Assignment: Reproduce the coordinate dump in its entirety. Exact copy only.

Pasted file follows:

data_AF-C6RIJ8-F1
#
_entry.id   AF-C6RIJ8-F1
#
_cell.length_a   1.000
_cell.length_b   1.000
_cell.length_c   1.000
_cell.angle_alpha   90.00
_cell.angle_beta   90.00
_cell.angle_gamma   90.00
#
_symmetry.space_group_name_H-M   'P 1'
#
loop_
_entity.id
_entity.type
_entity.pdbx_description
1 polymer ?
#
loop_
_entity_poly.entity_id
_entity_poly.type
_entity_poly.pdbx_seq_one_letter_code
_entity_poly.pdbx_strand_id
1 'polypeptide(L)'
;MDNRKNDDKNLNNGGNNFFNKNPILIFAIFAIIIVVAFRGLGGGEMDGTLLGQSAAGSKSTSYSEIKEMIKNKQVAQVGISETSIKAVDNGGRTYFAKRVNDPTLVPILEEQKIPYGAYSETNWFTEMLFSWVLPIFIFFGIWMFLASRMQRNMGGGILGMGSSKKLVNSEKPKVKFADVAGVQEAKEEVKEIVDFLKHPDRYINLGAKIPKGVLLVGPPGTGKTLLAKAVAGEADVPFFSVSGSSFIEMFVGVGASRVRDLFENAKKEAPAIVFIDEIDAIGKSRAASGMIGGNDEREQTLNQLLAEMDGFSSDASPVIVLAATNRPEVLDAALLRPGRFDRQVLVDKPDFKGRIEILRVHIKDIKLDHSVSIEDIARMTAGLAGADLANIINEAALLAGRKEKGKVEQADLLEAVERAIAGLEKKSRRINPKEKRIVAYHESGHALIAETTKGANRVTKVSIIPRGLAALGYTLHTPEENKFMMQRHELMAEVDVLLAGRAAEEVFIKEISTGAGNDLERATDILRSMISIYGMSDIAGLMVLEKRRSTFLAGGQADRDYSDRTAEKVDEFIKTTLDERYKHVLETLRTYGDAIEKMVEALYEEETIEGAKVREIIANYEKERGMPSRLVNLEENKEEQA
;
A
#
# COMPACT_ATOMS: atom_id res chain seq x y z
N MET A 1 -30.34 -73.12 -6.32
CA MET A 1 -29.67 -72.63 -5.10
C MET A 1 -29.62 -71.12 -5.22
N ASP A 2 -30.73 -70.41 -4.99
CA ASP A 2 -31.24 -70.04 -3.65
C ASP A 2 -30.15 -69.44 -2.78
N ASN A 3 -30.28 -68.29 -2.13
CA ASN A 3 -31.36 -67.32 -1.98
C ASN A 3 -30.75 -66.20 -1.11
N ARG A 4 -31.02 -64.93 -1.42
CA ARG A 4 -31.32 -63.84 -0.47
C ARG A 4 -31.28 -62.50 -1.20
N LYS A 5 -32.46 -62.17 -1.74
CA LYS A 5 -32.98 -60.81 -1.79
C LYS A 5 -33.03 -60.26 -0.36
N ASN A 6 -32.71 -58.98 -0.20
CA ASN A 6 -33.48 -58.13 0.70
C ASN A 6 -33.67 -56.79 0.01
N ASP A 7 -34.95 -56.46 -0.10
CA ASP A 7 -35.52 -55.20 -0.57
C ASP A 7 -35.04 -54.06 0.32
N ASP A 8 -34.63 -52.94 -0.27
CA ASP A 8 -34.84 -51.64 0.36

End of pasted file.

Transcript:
data_AF-C6RIJ8-F1
#
_entry.id   AF-C6RIJ8-F1
#
_cell.length_a   1.000
_cell.length_b   1.000
_cell.length_c   1.000
_cell.angle_alpha   90.00
_cell.angle_beta   90.00
_cell.angle_gamma   90.00
#
_symmetry.space_group_name_H-M   'P 1'
#
loop_
_entity.id
_entity.type
_entity.pdbx_description
1 polymer ?
#
loop_
_entity_poly.entity_id
_entity_poly.type
_entity_poly.pdbx_seq_one_letter_code
_entity_poly.pdbx_strand_id
1 'polypeptide(L)'
;MDNRKNDDKNLNNGGNNFFNKNPILIFAIFAIIIVVAFRGLGGGEMDGTLLGQSAAGSKSTSYSEIKEMIKNKQVAQVGISETSIKAVDNGGRTYFAKRVNDPTLVPILEEQKIPYGAYSETNWFTEMLFSWVLPIFIFFGIWMFLASRMQRNMGGGILGMGSSKKLVNSEKPKVKFADVAGVQEAKEEVKEIVDFLKHPDRYINLGAKIPKGVLLVGPPGTGKTLLAKAVAGEADVPFFSVSGSSFIEMFVGVGASRVRDLFENAKKEAPAIVFIDEIDAIGKSRAASGMIGGNDEREQTLNQLLAEMDGFSSDASPVIVLAATNRPEVLDAALLRPGRFDRQVLVDKPDFKGRIEILRVHIKDIKLDHSVSIEDIARMTAGLAGADLANIINEAALLAGRKEKGKVEQADLLEAVERAIAGLEKKSRRINPKEKRIVAYHESGHALIAETTKGANRVTKVSIIPRGLAALGYTLHTPEENKFMMQRHELMAEVDVLLAGRAAEEVFIKEISTGAGNDLERATDILRSMISIYGMSDIAGLMVLEKRRSTFLAGGQADRDYSDRTAEKVDEFIKTTLDERYKHVLETLRTYGDAIEKMVEALYEEETIEGAKVREIIANYEKERGMPSRLVNLEENKEEQA
;
A
#
# COMPACT_ATOMS: atom_id res chain seq x y z
N MET A 1 -30.34 -73.12 -6.32
CA MET A 1 -29.67 -72.63 -5.10
C MET A 1 -29.62 -71.12 -5.22
N ASP A 2 -30.73 -70.41 -4.99
CA ASP A 2 -31.24 -70.04 -3.65
C ASP A 2 -30.15 -69.44 -2.78
N ASN A 3 -30.28 -68.29 -2.13
CA ASN A 3 -31.36 -67.32 -1.98
C ASN A 3 -30.75 -66.20 -1.11
N ARG A 4 -31.02 -64.93 -1.42
CA ARG A 4 -31.32 -63.84 -0.47
C ARG A 4 -31.28 -62.50 -1.20
N LYS A 5 -32.46 -62.17 -1.74
CA LYS A 5 -32.98 -60.81 -1.79
C LYS A 5 -33.03 -60.26 -0.36
N ASN A 6 -32.71 -58.98 -0.20
CA ASN A 6 -33.48 -58.13 0.70
C ASN A 6 -33.67 -56.79 0.01
N ASP A 7 -34.95 -56.46 -0.10
CA ASP A 7 -35.52 -55.20 -0.57
C ASP A 7 -35.04 -54.06 0.32
N ASP A 8 -34.63 -52.94 -0.27
CA ASP A 8 -34.84 -51.64 0.36